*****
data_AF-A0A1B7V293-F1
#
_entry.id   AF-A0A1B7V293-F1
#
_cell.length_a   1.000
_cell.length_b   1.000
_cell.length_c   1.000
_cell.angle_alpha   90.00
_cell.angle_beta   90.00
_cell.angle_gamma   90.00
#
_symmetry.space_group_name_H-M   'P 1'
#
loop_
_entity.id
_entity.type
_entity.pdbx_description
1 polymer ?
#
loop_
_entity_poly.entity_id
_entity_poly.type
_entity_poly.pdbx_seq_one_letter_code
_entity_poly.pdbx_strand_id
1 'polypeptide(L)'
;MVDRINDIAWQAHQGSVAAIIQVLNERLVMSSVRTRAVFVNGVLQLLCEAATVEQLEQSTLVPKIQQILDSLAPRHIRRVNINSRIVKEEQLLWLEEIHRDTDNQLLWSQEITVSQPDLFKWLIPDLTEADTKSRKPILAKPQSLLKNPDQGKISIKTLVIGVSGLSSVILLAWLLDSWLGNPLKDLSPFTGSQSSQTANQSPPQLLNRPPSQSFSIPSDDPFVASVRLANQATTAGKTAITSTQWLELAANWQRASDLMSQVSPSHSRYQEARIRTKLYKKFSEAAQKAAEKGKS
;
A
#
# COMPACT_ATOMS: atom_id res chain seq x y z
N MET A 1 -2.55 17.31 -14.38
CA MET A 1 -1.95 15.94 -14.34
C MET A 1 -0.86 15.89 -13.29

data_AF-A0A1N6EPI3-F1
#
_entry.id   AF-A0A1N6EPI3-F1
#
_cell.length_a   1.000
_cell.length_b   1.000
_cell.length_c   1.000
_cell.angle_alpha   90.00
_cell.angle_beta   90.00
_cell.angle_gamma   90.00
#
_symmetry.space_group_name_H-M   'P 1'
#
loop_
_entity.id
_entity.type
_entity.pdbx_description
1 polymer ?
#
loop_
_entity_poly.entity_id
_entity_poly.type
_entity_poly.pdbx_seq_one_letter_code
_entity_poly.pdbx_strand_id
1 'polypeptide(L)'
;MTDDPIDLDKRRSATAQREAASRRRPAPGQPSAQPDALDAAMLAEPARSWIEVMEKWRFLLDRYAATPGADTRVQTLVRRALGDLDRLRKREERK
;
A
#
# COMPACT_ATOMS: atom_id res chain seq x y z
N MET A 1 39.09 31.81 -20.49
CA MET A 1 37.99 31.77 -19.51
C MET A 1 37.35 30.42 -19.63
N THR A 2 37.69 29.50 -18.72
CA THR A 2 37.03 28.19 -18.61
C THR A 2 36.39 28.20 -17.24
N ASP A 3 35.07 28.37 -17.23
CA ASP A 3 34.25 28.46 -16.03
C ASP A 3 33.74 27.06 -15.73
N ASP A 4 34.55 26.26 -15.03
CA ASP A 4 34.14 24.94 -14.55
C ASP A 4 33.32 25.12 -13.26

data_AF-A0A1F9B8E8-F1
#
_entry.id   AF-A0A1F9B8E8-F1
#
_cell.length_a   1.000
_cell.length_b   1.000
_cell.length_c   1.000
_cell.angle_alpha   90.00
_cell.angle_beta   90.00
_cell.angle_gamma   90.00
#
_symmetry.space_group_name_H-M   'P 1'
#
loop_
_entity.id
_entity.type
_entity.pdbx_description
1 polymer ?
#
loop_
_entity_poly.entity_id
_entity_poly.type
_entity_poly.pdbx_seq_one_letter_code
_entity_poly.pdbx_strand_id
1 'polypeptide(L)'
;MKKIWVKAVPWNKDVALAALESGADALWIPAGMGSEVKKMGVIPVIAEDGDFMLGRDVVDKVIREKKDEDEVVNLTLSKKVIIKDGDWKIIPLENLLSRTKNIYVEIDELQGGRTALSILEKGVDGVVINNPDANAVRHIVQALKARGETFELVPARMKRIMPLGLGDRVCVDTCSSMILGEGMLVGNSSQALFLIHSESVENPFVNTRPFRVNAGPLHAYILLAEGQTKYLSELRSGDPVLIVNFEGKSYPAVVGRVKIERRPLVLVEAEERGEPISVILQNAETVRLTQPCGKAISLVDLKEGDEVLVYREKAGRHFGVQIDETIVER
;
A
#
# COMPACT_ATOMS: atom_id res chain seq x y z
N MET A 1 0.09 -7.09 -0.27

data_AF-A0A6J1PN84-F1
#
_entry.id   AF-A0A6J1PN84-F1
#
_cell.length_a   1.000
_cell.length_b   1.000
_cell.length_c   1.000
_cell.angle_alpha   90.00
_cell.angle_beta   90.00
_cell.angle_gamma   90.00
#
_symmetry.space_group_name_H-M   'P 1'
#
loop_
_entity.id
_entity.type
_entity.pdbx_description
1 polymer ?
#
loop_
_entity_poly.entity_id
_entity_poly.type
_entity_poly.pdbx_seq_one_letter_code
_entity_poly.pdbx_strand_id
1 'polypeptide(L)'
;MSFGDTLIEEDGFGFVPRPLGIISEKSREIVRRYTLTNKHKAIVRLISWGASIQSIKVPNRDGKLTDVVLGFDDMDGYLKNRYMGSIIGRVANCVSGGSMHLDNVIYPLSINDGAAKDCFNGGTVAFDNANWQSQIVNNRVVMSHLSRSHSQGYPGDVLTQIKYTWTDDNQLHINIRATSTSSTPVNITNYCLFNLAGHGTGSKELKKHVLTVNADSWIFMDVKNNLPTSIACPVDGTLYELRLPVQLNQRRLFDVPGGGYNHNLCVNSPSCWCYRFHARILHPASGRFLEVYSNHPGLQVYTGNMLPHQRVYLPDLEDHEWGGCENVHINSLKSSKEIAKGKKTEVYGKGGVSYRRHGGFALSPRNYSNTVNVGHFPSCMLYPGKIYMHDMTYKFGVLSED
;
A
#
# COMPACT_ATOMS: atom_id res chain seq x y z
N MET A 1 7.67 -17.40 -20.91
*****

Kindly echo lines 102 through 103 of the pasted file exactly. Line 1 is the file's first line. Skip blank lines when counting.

;
A